Over the last few days, the KONY 2012 campaign video has become one of the most watched and shared videos on YouTube. I watched this video and as you can read from my last blog post, I was blown away by the documentary itself, but also by the message and how it was delivered. I knew a little about this conflict and these issues, not much at all, but enough to recognize some of the issues and consequences. I can say without pause that the tiny amount I knew was more than most Americans. By a landslide.
I won’t go into my constant frustration with American media and just how “American” it is. Global news isn’t nearly as in depth or covered as it should be, and it is even hard to find the details if you are looking for them. It isn’t truly the media that is to blame, we are only given what we ask for as a nation. We want quick snippets of the latest news, and we want mostly to know about things that pertain to our little corner of the globe.
So, this young filmmaker and activist, Jason Russell, has the audacity to go out and make an incredibly well crafted 29 minute documentary highlighting an issue that is close to his heart, and that he has fought for, mostly in obscurity, for nine years. Within this film, he also has the audacity to come up with a clever idea, harnessing the power of social media to try and make a small dent in an issue that the masses in the US know little about. I am sure he hoped for the best when all was said and done and his video would be posted. I am also quite sure he never knew what was coming, both the good and the the bad.
The video took off, spreading virally from Facebook, YouTube, and Twitter the way cute animal videos and news blunder footage usually spreads—videos of no real consequence. People were moved to share this video, and at 29 minutes, people were still watching every second of it, taking it in, getting outraged, wanting to learn more, to help.
Jason Russell, how dare you!
I don’t care if every detail isn’t 100% factually backed by all the organizations out there trying to help Uganda. I don’t care if he glossed over some things, or inflamed some moments for theatrical affect. In the end, this isn’t a video about Jason Russell or some hidden personal agenda. It is a man and an organization who thought- let’s make a difference in the world. That is a huge undertaking. Where do you start? Are you careful or brazen? How do you start? Who will hear you?
With an undertaking this huge, are you going to offend some people or make others angry? Evidently, yes. Very angry. I will probably get a nice little stack of hate mail (via my email inbox) for saying this, but I honestly think that some of the organizations doing good work for the same or similar causes are all worked up over this documentary out of a good bit of jealousy. These organizations struggle every day to get the message out, to have their work be seen. And maybe they HAVE done more and done it better than Jason Russell. But here HE is getting all of this attention. Social media is powerful. Right now, I think more than any other moment, social media has become such a powerful tool in so many ways. Jason Russell is a gifted filmmaker and found a way to harness that power better than a lot of other people and organizations.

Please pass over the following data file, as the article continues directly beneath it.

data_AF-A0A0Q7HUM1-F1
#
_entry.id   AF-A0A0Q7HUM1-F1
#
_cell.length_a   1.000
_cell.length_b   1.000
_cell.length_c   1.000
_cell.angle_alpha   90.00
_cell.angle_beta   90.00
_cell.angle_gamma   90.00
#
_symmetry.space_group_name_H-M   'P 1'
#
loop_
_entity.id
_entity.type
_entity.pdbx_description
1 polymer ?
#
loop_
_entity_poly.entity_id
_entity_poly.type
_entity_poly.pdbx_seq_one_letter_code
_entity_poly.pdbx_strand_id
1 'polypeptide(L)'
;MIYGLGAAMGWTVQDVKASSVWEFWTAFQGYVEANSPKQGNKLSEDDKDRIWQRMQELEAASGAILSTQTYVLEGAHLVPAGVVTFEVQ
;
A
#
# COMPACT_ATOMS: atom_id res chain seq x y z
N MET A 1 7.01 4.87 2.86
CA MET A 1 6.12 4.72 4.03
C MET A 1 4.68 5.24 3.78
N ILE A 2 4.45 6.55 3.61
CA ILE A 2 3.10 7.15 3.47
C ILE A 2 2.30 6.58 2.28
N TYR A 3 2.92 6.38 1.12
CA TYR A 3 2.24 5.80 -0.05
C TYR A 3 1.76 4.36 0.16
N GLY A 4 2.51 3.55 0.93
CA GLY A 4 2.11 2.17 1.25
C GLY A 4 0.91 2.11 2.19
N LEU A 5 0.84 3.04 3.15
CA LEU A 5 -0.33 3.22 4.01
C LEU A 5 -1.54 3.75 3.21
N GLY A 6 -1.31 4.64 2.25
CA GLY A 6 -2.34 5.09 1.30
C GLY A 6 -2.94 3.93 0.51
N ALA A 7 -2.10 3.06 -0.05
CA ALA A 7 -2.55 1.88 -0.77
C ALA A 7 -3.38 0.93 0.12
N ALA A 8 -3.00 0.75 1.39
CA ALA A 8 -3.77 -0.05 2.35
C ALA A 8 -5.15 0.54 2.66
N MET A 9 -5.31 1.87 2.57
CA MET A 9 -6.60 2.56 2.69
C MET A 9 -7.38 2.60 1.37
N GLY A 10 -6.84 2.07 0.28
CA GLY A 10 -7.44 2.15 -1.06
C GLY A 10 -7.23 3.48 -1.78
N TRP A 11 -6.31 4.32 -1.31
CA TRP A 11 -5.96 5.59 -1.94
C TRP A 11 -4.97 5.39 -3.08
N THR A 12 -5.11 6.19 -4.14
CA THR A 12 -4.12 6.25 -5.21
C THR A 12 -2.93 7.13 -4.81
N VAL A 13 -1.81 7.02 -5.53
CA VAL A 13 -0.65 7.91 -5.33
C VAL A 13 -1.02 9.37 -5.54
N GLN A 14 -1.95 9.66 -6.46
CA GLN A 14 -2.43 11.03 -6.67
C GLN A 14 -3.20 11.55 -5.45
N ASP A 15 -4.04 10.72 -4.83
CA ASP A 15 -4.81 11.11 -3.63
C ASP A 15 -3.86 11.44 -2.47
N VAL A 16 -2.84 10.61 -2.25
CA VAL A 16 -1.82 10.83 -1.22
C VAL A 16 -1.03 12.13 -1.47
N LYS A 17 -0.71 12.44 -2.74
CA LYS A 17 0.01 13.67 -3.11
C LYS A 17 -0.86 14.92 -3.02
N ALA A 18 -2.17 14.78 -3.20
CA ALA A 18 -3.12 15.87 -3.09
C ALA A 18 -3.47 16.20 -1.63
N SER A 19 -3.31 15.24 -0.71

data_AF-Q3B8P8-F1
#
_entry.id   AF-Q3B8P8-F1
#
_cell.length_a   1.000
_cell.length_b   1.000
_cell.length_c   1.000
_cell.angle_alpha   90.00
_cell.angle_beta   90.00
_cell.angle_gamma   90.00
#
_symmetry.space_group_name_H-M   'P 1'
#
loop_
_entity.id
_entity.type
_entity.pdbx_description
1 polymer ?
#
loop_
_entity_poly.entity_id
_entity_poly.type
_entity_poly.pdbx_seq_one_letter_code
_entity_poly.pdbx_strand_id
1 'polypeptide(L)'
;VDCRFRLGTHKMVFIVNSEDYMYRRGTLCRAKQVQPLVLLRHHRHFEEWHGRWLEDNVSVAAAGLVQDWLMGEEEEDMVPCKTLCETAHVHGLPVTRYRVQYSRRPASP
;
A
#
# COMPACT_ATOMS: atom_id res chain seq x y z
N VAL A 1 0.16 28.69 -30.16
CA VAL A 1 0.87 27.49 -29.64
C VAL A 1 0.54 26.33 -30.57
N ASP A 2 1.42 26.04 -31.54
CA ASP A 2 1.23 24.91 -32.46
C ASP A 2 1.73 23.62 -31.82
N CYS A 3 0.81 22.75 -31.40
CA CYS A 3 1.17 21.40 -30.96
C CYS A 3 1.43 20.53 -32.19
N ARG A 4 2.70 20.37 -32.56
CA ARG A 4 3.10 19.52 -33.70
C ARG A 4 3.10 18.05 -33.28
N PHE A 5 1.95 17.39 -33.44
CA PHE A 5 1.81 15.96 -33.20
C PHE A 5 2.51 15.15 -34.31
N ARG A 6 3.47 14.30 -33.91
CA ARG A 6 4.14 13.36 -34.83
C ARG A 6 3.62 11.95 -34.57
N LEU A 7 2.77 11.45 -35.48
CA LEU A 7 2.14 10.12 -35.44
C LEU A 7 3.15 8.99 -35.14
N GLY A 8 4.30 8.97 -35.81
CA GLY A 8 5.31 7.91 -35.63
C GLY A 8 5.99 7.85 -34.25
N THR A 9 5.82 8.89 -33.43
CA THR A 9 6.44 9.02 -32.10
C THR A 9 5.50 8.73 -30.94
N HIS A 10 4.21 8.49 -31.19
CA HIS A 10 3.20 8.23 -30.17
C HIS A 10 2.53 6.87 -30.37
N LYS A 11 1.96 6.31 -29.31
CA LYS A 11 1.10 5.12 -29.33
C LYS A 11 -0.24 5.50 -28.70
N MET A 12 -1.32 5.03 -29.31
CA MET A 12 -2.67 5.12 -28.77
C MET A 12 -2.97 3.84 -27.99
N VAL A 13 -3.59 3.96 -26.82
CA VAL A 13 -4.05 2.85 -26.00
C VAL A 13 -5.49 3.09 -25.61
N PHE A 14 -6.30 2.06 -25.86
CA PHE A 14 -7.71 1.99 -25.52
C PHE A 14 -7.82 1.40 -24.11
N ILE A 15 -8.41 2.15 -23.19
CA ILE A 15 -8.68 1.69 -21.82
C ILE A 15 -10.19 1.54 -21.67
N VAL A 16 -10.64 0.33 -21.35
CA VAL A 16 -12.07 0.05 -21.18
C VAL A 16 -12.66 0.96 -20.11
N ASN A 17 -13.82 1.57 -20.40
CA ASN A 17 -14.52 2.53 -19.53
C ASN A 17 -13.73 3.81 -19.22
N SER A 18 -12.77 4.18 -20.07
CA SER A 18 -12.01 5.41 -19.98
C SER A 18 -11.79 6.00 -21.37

What angers me more than anything is this. Will this campaign alone solve all the problems? No. But tens of MILLIONS of people are aware of an issue that they knew nothing about last week. The ONLY reason we are talking about these atrocities right now is this campaign. And that is good. The ONLY reason that anyone is listening to the other organizations that are upset about this campaign is because of this campaign. This awareness will cause people to seek answers and find ways to help. Whether it is through Invisible Children (the organization that Jason Russell highlights in his film) or not, people will try and find ways to help now. And honestly, at the base of this campaign is nothing but people wanting to make a difference in the world. Are the people behind it perfect? No. Is there room to criticize? Always, I guess. Yesterday, Jason posted this from his twitter account: Gandhi said, "First they ignore you, then they ridicule you, then they fight you, then you win."
Jason Russell is a good man fighting a good fight. I believe that. While the internet and social media have power, it can be both good and bad. I have seen evidence of both in so many ways. I guess it is human nature to doubt and criticize, to want your voice to be heard above the fray. But, today, I hope that Jason Russell hears a few voices like mine that say, thank you. Thank you for raising awareness for dark places in the world that need a little light. Thank you for being one of those souls who does not sit back and just wish for peace and good things, but tries and keeps trying even when it all seems futile and hopeless.
I have said many, many times that my favorite quote in all the world is this one: “You must be the change you wish to see in the world.” This is also a quote from Gandhi. When I think of that quote, I think of all the things I wish I could do. I think of all the things I wish others would do. And now, a little part of me will always think of Jason Russell and what he is DOING to be that change in the world.
Read a recent NY Times article about Jason and the KONY 2012 campaign here.